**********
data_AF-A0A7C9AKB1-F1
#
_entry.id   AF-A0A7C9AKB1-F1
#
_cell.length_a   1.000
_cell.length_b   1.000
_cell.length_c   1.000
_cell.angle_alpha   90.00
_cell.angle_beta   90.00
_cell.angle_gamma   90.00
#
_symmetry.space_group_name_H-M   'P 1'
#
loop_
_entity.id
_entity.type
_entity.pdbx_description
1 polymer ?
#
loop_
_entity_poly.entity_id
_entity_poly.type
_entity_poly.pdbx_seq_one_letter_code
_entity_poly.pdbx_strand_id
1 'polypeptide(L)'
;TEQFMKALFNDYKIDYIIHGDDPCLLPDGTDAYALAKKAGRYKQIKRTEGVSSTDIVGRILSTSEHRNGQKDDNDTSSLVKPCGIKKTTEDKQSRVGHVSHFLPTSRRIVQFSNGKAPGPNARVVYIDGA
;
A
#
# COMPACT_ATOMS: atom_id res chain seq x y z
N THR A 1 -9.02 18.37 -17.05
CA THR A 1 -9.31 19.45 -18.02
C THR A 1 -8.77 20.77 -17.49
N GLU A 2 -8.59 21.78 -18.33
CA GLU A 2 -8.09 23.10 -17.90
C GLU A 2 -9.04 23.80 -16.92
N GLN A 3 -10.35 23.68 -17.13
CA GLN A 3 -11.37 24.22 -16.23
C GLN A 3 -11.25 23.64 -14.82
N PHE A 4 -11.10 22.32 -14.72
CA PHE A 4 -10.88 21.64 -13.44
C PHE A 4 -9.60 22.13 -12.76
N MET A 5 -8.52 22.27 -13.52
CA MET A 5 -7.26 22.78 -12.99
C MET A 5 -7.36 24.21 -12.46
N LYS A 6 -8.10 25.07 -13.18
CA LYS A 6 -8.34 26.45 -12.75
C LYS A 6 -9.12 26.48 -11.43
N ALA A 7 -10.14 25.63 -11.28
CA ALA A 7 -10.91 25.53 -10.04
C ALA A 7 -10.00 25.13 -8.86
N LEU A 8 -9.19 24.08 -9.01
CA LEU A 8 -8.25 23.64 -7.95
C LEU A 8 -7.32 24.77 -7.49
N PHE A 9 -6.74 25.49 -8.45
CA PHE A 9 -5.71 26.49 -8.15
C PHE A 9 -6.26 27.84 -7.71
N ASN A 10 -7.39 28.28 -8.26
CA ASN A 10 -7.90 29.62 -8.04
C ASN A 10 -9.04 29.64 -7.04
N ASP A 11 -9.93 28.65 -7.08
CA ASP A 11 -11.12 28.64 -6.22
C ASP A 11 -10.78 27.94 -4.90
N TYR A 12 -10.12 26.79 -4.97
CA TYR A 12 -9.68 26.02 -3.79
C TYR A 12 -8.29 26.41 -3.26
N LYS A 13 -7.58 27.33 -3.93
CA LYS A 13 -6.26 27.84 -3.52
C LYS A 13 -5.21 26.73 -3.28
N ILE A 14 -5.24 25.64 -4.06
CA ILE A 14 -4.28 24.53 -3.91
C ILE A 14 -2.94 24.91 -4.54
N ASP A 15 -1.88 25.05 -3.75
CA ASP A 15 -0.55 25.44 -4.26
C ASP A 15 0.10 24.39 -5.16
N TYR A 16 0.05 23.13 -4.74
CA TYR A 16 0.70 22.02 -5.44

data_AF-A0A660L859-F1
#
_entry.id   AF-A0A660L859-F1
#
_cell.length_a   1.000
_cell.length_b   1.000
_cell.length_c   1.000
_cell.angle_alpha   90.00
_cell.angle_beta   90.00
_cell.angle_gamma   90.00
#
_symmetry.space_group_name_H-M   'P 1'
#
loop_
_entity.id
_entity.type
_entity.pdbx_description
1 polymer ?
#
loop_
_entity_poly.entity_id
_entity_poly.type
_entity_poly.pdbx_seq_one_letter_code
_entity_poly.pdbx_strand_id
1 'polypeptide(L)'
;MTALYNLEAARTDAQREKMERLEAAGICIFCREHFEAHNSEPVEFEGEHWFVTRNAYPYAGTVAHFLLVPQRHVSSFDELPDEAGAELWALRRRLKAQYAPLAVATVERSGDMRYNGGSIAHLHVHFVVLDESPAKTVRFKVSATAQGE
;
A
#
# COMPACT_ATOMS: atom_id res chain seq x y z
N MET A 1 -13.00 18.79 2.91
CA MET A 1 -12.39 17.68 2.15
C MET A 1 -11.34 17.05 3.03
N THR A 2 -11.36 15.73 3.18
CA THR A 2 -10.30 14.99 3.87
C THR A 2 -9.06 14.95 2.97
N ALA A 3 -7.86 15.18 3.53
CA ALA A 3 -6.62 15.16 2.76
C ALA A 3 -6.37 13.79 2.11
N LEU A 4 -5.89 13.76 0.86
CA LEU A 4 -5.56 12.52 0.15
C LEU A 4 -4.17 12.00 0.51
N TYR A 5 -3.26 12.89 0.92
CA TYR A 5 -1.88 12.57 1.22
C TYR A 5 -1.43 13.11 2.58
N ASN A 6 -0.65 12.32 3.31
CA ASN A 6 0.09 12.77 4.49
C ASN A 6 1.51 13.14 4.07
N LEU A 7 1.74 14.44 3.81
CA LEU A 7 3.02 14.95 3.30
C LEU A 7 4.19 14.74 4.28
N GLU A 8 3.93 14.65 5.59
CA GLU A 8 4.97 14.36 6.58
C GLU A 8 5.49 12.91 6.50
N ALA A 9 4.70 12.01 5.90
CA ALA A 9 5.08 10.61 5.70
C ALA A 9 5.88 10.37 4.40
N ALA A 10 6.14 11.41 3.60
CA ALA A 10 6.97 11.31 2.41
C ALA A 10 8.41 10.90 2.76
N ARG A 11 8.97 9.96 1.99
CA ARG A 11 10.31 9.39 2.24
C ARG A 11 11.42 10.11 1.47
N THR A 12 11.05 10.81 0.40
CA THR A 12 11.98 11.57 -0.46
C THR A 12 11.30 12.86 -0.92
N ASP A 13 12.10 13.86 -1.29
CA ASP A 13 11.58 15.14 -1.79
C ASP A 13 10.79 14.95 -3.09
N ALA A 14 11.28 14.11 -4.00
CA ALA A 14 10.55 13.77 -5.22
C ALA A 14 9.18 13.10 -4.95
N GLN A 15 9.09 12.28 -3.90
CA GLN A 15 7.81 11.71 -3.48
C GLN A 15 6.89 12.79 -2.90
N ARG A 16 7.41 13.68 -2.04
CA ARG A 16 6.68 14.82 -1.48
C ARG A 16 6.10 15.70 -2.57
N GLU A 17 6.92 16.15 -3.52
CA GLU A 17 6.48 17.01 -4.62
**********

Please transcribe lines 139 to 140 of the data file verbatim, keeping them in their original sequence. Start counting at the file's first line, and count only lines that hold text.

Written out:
CA ARG A 11 10.31 9.39 2.24
C ARG A 11 11.42 10.11 1.47